Young Avengers #4

Story by
Art by
Jamie McKelvie, Mike Norton
Colors by
Matthew Wilson
Letters by
Clayton Cowles
Cover by
Marvel Comics

"Young Avengers" #4 is a special threshold-crossing issue; it's the point where Kieron Gillen, Jamie McKelvie and Mike Norton have shifted from being "really, really good" to "downright great." As much as I've loved this book up until now, it's now fighting for the "first to be read" position in any week that it's being published. Why? A combination of wit and good old-fashioned high quality.

Strictly from a plotting sense, Gillen's script for "Young Avengers" #4 is good. The rescuing of the cast from the cliffhanger makes sense and also continues to bring all the characters together, the potential revelations offered up by Loki are wonderfully unsettling, and the pacing is strong as Gillen ramps everything to one final cliffhanger before next issue's conclusion. If that's all there was to recommend the writing, I feel like it'd still be quite good.

But happily, there's more than that. With Gillen there's a certain smartness and fun to his script that elevates it above just a standard solid story. Noh-Varr's interior monologue across the first four pages is a riot, flipping between explaining that Kate is his favorite Hawkeye (he'd met Clint, they hadn't made love, both Hawkeyes are fond of purple), and a running commentary on his defeating the bad guys in the club with everything from a "Dramatic entrance" to "My shoes are ruined." And that's something that we get on just about every page; these aren't lines that simply move the plot forward, they're sharp, clever and they engage the reader's attention.

The best part of the writing for me, though, is how Gillen handles Loki. A character that just out-and-out lies and is sinister isn't believable; you know he's bad and won't buy anything he's saying. That's what's so great about the way that Gillen writes Loki here. He's likable, he's charming, he's funny... and then just when you least expect it, he slips in a verbal dagger that may or may not be true. And here's the great thing: it's believable, to the point that even though you know Loki is the god of lies it's hard to keep from thinking, "But maybe he's not lying this time." Gillen's revelation about Wiccan and Hulkling delivered through Loki is devastating and truly nasty, the sort of thing that makes perfect sense even as it redefines both characters. But is it true? That's what makes it so great, because there's no way to tell just yet. Regardless of it being true or false, it does a lot of damage in the blink of an eye. Ultimately, it's very well played by Gillen.

I'm still not 100% sure how McKelvie and Norton split up the art in "Young Avengers" (Pencils and inks? Breakdowns and finishes? Full art and embellishments?) but whatever it is, it works. Both McKelvie and Norton are known for clean and handsome art, and that's on display here. Something as simple as a wrinkled t-shirt on Captain America is drawn with the same care as windows exploding as four people leap through them, or pieces of a shapeshifter's face flying back together and re-forming.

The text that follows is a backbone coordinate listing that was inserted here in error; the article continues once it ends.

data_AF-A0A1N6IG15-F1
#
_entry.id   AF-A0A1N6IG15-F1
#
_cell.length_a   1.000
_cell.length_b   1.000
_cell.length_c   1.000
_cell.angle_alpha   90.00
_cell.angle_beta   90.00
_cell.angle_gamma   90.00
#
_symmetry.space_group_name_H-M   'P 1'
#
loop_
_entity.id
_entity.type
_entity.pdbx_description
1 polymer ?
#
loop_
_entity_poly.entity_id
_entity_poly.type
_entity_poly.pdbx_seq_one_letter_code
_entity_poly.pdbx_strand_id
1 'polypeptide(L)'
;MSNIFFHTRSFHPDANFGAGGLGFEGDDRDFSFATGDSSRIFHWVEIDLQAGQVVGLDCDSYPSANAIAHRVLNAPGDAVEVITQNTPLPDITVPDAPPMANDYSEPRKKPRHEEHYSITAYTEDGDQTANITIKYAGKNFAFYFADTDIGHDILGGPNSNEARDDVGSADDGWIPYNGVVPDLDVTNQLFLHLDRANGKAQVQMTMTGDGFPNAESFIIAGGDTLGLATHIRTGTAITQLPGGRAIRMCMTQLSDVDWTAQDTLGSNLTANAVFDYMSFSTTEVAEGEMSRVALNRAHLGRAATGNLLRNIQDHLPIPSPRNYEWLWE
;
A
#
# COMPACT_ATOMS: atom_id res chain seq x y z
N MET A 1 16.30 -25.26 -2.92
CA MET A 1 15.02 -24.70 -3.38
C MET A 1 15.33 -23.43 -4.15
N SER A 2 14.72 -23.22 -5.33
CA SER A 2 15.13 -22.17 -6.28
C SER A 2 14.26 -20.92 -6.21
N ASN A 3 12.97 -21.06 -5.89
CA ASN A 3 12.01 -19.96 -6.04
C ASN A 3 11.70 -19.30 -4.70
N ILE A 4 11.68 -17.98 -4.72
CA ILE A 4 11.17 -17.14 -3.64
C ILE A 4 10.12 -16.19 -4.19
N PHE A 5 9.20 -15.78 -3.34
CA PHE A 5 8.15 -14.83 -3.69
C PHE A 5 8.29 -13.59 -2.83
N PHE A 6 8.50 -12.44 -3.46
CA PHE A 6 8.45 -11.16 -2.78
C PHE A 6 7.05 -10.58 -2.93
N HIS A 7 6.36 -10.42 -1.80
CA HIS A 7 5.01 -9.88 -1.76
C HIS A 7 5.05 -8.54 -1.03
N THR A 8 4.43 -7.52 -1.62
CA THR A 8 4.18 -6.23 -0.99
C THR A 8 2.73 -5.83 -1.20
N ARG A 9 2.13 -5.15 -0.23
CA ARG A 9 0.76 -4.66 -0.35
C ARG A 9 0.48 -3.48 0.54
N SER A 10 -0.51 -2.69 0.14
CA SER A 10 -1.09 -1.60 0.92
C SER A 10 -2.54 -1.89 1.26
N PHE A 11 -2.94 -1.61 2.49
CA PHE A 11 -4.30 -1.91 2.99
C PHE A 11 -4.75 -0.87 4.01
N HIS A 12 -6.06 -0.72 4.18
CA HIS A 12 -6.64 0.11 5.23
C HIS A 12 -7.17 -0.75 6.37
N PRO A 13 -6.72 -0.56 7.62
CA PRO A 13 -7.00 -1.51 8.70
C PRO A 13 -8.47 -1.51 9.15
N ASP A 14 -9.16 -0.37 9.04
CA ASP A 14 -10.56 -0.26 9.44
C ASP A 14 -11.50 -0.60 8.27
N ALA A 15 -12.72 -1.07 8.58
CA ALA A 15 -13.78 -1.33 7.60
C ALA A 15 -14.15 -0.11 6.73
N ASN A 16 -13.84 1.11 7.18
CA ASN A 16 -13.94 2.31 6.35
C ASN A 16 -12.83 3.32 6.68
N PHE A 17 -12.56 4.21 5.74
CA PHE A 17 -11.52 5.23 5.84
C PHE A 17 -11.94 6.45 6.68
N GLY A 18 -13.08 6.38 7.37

More importantly, though, just like the script, the art in "Young Avengers" is sheer fun. The two-page spread on pages 2-3 is just lovely; a center architectural plan of a club with lots of little figures of Noh-Varr and the bad guys running around them, and a numbered key with Noh-Varr's comments on each moment to not only bring your eye through the scene in the right order but to also provide an extra sense of wit to the image. At the same time, though, six of the twelve moments are expanded into full panels around the edges of the club, letting you see Noh-Varr flip, shoot, and launch himself through the fight scene.

The page layouts are also a lot of fun in "Young Avengers" #4. I'm not sure why pages 2-9 are all drawn with diagonally aligned panels, but honestly I don't worry too much on figuring out why. What I do know is that the pages end up zooming down the page in a fast manner, and with a structure that you rarely see in comics. It stands out in a good way, and it continues to help "Young Avengers" carve out its own special identity in a sea of superhero comics.

Even the cover of "Young Avengers" #4 is a treat; the two sets of arrows zooming across the page feels very retro and mod, and the contrast between bow and laser is a nice touch on the two characters. Is there anything that "Young Avengers" can't do at this point? I think not. If you aren't reading "Young Avengers" you're missing out on one of the top superhero comics currently being published. Trust me, read this book.

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